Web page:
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Re: fold() can't fold simple expressions?


On 09/15/2016 02:06 AM, Richard Biener wrote:
On Wed, Sep 14, 2016 at 9:49 PM, Jeff Law <law@redhat.com> wrote:
On 09/14/2016 01:29 PM, Richard Biener wrote:


It's what match-and-simplify does as well.

I question the need to build GENERIC here though.  M-a-s happily
gets you a simplified expression as sequence of GIMPLE
statements.  (But does not yet provide a way to build a
simplified GENERIC expression from GIMPLE IL)

At a particular site we're going to have an expression where we
want to evaluate the operands (either to a constant or
symbolically).

For each operand in the expression we recursively raise the query
"what is this operand".  THe result (potentially another
expression) gets substituted in for the operand and the process
continues recursively. Recursion stops when you get a constant or
when you've walked back "too far" or the expression gets "too
complex".

Once you get something like (x+y)+z you're no longer gimple.  But
we need to store that expression in some form.

I'm not sure you absolutely need to store it -- it is present in the
IL (in unoptimized form) after all.
But we don't want to change the IL :-) We want to analyze the IL to determine properties of SSA_NAMEs on various paths through the CFG.

The current scheme of mapping range data to an SSA_NAME was an improvement and that range data is starting to be used in various places in the compiler. But that scheme loses extremely valuable data that warnings can and should be using.

We typically have ASSERT_EXPRs at branch points in the CFG. The ASSERT_EXPRs carry range information for a path. However we do not consider an ASSERT_EXPR a true copy. ie, after the merge point of the paths uses continue to refer to the original object (the RHS of the ASSERT_EXPRs).

Thus after VRP most of the path sensitive data is dropped on the floor.

Aldy explored making ASSERT_EXPRs true copies. It's a simple change to make and certainly gets PHIs at the merge point. So it seems like a good start.

The downside is there's a significant compile-time cost (via update_ssa) to this scheme. Furthermore, we believe that we only need path specific data for a subset of the SSA_NAMEs used in conditionals. So much of the time is wasted computing information we don't actually need.

Worse yet, copy-prop takes the copy created by the ASSERT_EXPR, propagates it to the RHS of the PHI and the PHI ends up as a degenerate and gets removed -- at which point we've lost the path specific range data again. Ugh.

If we tell copy-prop not to propagate those copies until we're done with the range data we run the real risk of making code worse and it's just a gross hack, similar how we have to test if an SSA_NAME is used in an abnormal PHI hack.

So the scheme we're exploring now is an on-demand generation of path specific range data using back substitution. It's primarily Andrew's ideas, but just happens to mirror parts of the predicate analysis one finds in tree-ssa-uninit.c and my thoughts on how we should be finding/exploiting path specific equivalences for threading and CSE.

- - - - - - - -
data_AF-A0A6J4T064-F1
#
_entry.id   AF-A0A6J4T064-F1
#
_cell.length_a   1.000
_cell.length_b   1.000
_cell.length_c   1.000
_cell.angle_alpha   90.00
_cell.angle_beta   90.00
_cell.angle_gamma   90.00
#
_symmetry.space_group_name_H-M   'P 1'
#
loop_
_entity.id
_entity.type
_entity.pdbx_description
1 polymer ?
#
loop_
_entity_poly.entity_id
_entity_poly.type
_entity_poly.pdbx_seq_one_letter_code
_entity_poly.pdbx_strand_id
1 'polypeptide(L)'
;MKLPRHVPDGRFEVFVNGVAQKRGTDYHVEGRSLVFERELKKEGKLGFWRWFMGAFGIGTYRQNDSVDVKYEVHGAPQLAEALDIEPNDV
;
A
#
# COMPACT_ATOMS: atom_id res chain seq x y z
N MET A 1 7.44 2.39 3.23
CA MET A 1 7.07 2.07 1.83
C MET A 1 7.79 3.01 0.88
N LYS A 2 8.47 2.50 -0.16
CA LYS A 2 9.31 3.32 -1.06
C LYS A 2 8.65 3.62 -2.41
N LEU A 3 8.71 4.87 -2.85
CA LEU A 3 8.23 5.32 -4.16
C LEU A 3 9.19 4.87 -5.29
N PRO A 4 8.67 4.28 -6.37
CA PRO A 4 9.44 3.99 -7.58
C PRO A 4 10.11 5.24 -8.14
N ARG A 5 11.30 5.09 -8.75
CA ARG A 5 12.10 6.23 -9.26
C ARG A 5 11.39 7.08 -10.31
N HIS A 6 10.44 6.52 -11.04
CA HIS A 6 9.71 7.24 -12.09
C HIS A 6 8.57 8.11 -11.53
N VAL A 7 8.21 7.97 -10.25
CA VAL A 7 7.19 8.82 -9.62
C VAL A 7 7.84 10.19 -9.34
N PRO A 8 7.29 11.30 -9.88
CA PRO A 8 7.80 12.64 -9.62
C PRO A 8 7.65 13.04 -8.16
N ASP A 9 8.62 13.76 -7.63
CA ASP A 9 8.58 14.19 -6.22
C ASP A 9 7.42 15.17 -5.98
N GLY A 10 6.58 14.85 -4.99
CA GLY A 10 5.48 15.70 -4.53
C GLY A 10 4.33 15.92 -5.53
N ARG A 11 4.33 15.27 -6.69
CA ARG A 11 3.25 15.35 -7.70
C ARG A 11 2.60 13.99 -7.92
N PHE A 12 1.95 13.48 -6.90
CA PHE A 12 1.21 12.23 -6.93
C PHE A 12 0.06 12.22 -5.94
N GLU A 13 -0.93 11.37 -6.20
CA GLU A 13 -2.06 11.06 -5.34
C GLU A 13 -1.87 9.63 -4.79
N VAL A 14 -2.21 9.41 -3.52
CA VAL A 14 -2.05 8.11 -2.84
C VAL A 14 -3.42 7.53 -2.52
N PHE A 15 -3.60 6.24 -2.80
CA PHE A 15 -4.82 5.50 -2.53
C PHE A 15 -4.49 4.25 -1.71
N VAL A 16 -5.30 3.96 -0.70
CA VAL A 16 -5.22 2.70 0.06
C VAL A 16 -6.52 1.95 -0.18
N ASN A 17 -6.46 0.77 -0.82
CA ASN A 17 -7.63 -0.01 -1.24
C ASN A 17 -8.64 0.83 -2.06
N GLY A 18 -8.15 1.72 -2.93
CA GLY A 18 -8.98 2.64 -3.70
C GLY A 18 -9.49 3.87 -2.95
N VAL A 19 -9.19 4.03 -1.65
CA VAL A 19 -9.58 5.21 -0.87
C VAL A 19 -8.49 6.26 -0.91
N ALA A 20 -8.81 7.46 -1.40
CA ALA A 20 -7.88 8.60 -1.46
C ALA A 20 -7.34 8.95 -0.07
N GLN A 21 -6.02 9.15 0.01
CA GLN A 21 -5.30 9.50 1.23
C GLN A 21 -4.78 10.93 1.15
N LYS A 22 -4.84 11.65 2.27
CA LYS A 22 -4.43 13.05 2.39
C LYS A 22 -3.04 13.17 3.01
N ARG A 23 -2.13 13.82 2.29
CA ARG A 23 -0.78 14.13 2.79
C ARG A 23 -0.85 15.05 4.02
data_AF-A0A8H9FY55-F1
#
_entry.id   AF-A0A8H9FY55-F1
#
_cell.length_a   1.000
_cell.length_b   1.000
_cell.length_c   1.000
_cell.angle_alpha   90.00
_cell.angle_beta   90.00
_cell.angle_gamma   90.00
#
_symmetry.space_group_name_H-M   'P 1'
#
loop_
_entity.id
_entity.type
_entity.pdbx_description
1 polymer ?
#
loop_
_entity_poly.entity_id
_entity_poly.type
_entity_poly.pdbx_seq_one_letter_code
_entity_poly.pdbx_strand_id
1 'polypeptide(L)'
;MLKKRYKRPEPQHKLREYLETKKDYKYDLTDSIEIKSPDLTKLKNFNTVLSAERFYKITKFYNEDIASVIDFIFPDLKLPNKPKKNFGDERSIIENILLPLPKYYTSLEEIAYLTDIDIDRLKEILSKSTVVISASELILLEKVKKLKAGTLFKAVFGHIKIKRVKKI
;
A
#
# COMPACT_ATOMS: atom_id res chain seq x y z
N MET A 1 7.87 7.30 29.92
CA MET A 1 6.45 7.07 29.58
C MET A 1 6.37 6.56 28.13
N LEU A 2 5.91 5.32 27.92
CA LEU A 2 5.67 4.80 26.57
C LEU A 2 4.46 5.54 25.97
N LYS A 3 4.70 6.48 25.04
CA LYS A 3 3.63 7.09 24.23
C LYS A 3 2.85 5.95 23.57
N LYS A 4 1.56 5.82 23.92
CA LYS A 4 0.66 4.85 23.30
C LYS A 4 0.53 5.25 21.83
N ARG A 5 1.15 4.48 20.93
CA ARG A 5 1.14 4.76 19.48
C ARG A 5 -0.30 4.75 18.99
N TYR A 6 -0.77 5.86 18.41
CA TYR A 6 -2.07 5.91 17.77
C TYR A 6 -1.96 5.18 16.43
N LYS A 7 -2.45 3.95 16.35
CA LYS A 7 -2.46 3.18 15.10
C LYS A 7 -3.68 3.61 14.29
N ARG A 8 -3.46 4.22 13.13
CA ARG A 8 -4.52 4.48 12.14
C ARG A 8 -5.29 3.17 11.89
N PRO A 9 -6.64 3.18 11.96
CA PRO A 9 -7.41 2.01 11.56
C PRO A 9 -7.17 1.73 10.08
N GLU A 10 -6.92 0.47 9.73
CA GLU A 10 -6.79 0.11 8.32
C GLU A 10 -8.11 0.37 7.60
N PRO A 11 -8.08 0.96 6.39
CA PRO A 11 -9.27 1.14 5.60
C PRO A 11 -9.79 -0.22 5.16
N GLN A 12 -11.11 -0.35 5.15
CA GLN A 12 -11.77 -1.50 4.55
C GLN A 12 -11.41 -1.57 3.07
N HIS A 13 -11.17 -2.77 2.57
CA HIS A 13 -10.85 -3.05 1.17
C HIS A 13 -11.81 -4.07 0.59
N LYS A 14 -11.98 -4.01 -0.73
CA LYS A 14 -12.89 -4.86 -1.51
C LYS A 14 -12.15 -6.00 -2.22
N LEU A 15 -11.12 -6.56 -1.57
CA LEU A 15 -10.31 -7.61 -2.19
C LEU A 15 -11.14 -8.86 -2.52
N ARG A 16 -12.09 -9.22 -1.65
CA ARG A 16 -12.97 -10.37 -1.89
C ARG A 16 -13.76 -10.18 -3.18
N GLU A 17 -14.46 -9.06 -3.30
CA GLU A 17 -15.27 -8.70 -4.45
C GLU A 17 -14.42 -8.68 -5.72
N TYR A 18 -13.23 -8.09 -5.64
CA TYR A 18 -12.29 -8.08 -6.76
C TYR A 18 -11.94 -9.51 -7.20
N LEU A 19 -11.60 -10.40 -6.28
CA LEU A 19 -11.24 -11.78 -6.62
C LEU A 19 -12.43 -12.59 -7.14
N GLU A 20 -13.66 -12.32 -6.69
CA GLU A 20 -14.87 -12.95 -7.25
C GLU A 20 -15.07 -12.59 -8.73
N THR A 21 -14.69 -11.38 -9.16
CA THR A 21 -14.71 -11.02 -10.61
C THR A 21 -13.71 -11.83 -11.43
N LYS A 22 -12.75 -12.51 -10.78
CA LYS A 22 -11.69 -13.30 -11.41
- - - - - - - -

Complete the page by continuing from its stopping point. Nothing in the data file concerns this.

That could be expressed as a vector of operators/operands.  It
could be expressed as a generic tree.  Whatever.  Generic trees as
a reasonably natural way to store the expression as its built, but
fold() those arbitrary expressions doesn't work.  m-a-s may be the
answer here, I haven't really thought about it yet.

The question is always full generality / complexity vs. working on a
production compiler where compile-time and memory use matter.  If you
can create a testcase, even if artificial, where we blow up worse
than N log N this is bad. [current VRP equivalences are such an
example]
Absolutely.

Oh, and if you are re-writing VRP range representation please get rid
of anti-ranges -- one "simple" extension of current VRP would get rid
of them by changing the current rep of a single range/anti-range to
an implicit union of two ranges (with that you can represent an
anti-range). Make the number of unioned ranges parametric and you end
up with sth quite general.
Andrew's scheme (among other things) is designed to give us that flexibility. One of the things we want to explore is how many ranges we really need in practice. It's at least 2 (so we can support anti-ranges), but we don't have a sense of how useful > 2 is in practice.


And symbolic ranges should be IMHO represented by maintaining a set
of active true/false predicates rather than trying to come up with a
"range" representation.  And for predicates we'd like to have a
mini-IL like tree-affine -- this would be generally useful elsewhere
in the compiler as well.
That would be possible as well -- essentially it's a representational issue. If you look in tree-ssa-uninit.c you'll see something like this. I'm still looking for an victim to rip tree-ssa-uninit.c apart so that its predicate analysis can be used in other places.

jeff


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